Captivated by the shadows and reflections within the forest, I have been exploring ways to capture and express these qualities through drawing.

Earlier modules led me to use chinese ink and bamboo paint brushes to create marks. By diluting the ink to different strenghts, I have been able to create a variety of shades which are similar to that experienced in the wood.

The medititive approach to the painting has been thoroughly enjoyable, with each stroke carefully considered and a direct representation of the movement of my hand and angle of the brush. Each drawing is inspired and influenced by the shapes of the trees, varying trunk girths and meadandering pathways.

Using Fabriano printing paper for its absorption quality, allowing the ink to sit on the paper with minimal bleed allowed for the shapes to remain sharp and gestural. The torn edges of the paper brings a tactile quality as I have torn A5 size sheets from their original A1 format.

Compiling the drawings creates a significant and impactful stack of work which has a lot of meaning to me. Each drawing has been produced with a time pressure, as I work through 16 A5 sheets per session. The time pressure has allowed me to be less conscious but more decisive in my brush movements.

Upon reflection, there are a few avenues for these drawings. As mentioned, when compiled they have greater impact and so I am considering ways of creating a book of drawings and perhaps including my text works too.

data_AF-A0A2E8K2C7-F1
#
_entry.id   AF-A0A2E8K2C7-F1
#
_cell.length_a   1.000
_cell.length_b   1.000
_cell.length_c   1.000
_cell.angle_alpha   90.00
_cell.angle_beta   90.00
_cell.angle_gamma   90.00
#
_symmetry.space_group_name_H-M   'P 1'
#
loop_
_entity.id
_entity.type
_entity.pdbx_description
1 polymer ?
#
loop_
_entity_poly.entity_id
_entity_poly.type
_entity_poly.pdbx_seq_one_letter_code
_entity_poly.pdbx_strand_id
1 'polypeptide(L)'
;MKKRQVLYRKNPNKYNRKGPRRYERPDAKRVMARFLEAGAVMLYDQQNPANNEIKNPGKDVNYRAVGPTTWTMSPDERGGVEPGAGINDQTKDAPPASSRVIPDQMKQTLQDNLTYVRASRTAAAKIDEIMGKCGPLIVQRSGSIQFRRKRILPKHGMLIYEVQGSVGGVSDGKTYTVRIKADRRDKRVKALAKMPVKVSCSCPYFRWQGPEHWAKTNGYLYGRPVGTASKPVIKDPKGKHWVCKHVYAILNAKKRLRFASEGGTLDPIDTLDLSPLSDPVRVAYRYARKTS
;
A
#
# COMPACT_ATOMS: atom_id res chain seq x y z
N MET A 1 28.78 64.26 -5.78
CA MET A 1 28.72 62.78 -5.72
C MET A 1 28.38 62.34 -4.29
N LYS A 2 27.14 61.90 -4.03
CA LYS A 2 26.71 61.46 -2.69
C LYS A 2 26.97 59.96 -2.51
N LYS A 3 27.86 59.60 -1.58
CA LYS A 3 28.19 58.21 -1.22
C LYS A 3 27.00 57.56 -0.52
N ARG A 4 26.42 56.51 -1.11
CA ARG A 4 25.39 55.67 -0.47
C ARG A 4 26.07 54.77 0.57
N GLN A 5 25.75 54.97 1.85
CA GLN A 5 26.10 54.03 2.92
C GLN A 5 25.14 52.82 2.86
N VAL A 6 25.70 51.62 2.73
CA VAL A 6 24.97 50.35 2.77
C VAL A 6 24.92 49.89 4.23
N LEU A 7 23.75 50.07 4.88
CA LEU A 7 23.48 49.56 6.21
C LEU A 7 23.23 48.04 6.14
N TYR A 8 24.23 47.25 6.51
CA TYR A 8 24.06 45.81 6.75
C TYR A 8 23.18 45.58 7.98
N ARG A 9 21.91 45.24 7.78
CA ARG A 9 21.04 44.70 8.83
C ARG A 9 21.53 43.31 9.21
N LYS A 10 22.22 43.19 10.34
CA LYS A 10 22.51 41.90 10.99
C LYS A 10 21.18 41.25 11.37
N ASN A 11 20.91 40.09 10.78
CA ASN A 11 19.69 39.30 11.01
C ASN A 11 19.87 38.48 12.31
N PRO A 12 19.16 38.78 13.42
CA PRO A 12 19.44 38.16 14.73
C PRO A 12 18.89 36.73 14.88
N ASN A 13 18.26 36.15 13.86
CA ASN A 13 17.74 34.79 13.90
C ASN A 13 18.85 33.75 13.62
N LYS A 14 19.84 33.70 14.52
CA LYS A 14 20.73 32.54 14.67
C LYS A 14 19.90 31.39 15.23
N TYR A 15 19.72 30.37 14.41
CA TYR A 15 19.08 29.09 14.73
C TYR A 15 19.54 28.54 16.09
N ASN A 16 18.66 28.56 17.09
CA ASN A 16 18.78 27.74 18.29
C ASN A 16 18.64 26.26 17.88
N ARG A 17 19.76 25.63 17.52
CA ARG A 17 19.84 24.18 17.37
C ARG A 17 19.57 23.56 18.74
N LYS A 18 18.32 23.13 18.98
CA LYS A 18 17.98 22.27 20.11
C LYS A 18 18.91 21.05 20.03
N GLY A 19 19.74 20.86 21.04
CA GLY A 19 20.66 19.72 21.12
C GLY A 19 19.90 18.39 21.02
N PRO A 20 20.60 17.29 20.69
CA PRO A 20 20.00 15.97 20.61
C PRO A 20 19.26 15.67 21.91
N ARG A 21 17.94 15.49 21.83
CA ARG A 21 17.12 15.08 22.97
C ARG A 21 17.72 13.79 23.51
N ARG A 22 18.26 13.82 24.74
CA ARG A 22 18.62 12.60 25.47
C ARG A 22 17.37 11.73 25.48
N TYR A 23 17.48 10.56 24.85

In addition, the drawings would look very successful if they were to be grouped and professionally framed to create wall art. I find the drawings work better when they are grouped compared to individually displayed as they have a greater impact and flow.

I have also been working to overlay drawings once they are scanned in to create interesting and captivating shapes which give another dimension to this work and lend themselves to textile work - I have explored using their as rug designs but at the moment I am unsure how successful this will be when woven on a loom. The depth and movement may be lost by the grided formation of the weft and warp structure. Alternatively, the variations of colour and speckled areas could be achieved more successfully by using a pile or loop rugging technique.

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